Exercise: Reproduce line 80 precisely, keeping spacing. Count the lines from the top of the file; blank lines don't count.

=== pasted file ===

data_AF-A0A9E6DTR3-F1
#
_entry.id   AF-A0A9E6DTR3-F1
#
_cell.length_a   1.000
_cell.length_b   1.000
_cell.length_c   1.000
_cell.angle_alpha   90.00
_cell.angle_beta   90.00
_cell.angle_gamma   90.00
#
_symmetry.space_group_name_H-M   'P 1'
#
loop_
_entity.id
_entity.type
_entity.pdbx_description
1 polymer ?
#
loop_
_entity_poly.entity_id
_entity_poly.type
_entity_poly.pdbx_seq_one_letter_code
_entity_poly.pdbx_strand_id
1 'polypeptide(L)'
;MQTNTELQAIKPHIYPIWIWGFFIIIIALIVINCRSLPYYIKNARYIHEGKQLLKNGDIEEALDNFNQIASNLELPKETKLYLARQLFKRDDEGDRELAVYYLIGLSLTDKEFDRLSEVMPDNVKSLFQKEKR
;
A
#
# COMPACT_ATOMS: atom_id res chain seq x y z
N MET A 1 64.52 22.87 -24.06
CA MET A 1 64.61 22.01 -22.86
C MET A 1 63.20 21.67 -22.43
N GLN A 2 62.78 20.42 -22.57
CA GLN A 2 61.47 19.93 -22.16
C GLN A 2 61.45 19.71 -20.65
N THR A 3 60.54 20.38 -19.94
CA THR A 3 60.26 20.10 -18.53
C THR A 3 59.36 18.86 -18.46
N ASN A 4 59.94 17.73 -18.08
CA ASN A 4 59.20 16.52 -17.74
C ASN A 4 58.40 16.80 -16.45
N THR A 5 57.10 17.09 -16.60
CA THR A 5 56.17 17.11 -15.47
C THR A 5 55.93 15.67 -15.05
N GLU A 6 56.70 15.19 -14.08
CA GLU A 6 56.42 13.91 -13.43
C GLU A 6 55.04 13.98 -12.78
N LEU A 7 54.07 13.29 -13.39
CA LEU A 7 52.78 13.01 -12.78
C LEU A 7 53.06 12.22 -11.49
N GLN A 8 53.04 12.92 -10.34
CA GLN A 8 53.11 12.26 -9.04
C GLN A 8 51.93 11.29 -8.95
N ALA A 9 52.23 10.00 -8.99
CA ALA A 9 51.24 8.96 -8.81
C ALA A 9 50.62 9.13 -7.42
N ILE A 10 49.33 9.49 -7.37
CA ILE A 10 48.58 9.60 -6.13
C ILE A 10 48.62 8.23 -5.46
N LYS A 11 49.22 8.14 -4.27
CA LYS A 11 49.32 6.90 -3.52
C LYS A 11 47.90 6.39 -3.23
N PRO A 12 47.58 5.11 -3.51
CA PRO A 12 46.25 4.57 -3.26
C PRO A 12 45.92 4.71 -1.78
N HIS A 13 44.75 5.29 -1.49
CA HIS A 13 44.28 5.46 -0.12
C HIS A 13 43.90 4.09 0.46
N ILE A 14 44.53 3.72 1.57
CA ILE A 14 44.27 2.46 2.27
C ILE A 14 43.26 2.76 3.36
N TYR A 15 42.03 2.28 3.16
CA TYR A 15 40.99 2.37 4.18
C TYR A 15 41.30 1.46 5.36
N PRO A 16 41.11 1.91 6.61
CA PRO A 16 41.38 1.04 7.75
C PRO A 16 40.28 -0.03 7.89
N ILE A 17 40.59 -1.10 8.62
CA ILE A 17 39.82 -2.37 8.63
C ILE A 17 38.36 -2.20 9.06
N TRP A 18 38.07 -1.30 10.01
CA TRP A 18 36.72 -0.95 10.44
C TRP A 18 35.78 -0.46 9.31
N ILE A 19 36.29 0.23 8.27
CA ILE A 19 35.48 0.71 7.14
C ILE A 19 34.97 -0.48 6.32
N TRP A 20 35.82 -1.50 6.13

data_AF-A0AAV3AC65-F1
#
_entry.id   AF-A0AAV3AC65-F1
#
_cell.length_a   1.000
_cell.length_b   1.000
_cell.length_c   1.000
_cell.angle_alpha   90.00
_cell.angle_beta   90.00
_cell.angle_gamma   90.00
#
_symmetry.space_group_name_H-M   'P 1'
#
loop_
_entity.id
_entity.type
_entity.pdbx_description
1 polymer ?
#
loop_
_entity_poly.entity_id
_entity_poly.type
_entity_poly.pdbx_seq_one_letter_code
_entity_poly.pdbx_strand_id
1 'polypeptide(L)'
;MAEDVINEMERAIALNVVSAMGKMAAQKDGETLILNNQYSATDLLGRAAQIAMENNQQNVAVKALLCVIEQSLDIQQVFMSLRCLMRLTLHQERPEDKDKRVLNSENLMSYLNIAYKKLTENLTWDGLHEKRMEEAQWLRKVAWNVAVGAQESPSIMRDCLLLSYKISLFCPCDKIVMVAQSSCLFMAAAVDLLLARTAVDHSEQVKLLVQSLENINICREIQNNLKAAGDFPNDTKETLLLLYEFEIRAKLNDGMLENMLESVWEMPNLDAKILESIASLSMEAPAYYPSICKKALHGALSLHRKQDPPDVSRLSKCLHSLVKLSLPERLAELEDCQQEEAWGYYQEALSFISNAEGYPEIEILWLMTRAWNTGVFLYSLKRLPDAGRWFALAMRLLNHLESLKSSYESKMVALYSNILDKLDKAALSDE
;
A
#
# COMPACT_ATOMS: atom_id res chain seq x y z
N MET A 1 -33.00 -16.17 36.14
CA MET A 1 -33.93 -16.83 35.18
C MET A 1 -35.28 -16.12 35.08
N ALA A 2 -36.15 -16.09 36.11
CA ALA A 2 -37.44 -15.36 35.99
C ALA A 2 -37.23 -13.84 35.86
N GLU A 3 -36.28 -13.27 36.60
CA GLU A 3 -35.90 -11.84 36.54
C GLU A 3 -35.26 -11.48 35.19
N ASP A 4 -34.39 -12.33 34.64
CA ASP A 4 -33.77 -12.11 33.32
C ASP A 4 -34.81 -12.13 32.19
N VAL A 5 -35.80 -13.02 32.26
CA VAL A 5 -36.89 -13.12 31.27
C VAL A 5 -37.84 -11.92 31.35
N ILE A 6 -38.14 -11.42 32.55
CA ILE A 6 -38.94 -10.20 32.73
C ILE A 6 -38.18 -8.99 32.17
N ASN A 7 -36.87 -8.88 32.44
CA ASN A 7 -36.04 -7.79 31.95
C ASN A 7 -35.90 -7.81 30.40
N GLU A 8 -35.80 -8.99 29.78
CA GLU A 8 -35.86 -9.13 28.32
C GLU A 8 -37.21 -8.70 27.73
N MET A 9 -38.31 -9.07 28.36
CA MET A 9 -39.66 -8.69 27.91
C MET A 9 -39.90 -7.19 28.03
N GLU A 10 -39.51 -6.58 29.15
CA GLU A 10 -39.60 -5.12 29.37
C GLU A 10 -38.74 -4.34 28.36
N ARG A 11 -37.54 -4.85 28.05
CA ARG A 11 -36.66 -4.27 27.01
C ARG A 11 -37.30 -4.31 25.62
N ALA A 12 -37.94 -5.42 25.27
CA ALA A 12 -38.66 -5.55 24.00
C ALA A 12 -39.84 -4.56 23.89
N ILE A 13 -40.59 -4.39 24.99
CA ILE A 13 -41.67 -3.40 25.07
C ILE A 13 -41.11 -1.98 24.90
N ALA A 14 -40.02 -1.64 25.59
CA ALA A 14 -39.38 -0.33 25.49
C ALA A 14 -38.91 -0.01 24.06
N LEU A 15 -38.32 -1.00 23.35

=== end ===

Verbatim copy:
CA ILE A 17 39.82 -2.37 8.63